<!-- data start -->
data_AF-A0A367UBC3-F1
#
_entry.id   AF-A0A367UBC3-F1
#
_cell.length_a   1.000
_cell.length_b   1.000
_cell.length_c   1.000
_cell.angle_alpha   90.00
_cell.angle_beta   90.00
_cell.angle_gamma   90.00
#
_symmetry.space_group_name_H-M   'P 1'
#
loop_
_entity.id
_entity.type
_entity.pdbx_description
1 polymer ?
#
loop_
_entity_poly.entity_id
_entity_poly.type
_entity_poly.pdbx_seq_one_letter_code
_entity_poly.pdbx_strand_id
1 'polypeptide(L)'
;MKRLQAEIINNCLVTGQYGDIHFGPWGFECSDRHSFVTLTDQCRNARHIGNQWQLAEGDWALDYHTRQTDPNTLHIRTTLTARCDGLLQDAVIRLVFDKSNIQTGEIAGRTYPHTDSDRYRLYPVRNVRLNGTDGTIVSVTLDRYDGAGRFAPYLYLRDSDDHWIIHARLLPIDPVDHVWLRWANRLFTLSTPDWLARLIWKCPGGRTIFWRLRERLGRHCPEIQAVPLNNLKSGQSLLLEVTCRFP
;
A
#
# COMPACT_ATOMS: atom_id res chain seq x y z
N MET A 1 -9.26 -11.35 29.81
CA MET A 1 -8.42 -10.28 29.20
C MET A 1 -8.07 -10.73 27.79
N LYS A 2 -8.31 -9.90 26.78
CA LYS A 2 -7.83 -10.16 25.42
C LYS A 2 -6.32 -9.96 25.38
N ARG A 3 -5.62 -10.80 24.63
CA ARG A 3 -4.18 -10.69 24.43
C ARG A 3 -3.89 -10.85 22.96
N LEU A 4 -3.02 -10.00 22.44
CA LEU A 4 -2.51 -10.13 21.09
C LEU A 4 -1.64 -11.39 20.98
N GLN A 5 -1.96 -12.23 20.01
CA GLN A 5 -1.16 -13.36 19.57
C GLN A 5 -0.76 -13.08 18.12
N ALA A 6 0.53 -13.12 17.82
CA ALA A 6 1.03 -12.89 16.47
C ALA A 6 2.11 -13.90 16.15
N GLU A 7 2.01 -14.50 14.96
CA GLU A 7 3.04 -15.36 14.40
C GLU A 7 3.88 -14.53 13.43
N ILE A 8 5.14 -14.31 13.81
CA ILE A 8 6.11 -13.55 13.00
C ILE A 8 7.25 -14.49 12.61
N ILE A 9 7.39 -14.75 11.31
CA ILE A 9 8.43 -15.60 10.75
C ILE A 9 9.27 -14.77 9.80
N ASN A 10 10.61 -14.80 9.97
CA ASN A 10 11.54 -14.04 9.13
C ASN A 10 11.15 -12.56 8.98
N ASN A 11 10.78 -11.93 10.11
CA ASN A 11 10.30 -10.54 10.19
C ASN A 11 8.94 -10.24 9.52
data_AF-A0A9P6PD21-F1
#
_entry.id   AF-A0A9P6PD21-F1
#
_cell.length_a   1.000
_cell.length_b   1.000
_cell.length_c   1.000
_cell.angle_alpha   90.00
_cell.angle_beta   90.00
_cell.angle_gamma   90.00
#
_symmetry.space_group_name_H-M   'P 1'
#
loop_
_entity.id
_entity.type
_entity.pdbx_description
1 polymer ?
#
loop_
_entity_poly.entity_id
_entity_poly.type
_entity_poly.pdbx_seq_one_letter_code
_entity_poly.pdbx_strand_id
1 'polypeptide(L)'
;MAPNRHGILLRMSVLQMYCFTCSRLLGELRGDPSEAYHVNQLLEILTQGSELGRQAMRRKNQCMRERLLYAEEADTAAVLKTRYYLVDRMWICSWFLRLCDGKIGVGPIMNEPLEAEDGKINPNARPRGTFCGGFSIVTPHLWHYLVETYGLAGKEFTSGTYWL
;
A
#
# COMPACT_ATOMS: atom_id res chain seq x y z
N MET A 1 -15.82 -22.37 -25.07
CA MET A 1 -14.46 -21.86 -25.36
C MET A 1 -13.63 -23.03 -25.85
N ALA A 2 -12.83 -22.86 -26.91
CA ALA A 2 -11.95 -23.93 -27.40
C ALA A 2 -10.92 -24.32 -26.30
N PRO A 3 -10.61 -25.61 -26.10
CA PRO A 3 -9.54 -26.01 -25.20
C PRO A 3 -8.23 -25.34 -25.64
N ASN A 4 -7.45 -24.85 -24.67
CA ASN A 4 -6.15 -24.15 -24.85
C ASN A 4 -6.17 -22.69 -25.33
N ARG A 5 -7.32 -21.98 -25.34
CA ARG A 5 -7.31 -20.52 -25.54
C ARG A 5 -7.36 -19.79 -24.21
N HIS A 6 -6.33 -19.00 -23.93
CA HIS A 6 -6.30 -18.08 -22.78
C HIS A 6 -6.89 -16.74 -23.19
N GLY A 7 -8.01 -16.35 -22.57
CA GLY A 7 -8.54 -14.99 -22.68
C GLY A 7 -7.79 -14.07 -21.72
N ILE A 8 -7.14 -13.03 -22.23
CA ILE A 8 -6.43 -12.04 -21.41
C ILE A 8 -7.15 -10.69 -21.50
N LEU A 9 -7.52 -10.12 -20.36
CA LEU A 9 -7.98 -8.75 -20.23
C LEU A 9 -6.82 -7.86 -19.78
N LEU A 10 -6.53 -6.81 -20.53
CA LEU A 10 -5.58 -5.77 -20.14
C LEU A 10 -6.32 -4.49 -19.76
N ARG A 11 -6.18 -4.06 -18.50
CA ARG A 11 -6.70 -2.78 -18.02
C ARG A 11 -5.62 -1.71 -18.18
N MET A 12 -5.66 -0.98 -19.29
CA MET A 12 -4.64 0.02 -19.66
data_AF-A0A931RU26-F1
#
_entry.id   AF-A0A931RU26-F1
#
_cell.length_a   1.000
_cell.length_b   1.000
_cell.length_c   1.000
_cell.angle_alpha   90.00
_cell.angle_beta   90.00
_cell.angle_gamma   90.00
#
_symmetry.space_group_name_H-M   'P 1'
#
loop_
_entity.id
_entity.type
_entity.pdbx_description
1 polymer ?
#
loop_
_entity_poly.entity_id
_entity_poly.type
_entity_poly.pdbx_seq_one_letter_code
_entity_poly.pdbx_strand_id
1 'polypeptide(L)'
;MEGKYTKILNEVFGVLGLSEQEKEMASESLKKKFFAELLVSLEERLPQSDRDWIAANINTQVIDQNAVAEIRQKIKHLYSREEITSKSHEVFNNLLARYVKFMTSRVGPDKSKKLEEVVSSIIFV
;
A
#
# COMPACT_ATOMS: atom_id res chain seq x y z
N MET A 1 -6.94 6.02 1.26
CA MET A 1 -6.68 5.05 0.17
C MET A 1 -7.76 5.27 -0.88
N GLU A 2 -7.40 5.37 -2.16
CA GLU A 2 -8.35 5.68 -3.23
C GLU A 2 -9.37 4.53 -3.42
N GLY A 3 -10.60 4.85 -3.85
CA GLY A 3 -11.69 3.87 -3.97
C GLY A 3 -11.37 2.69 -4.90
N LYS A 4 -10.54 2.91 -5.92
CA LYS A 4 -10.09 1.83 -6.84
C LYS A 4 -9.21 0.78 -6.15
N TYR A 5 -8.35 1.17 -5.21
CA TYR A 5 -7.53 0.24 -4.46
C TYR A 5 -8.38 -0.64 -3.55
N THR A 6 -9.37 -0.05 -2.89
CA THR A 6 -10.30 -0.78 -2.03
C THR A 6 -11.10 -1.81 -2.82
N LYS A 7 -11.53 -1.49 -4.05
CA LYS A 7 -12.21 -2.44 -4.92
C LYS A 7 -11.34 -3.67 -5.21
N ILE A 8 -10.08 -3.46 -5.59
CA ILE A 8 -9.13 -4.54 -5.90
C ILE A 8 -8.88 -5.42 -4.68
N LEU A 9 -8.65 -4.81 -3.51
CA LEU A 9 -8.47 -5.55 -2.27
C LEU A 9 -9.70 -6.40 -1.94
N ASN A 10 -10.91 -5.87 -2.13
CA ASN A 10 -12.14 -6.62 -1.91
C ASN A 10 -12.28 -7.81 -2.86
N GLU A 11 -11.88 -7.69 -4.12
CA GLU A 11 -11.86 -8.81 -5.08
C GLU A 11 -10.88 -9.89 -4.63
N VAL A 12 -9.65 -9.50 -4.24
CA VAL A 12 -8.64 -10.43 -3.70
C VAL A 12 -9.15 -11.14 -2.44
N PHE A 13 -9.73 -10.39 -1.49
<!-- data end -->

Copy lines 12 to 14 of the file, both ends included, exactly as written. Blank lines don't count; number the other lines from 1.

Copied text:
_symmetry.space_group_name_H-M   'P 1'
#
loop_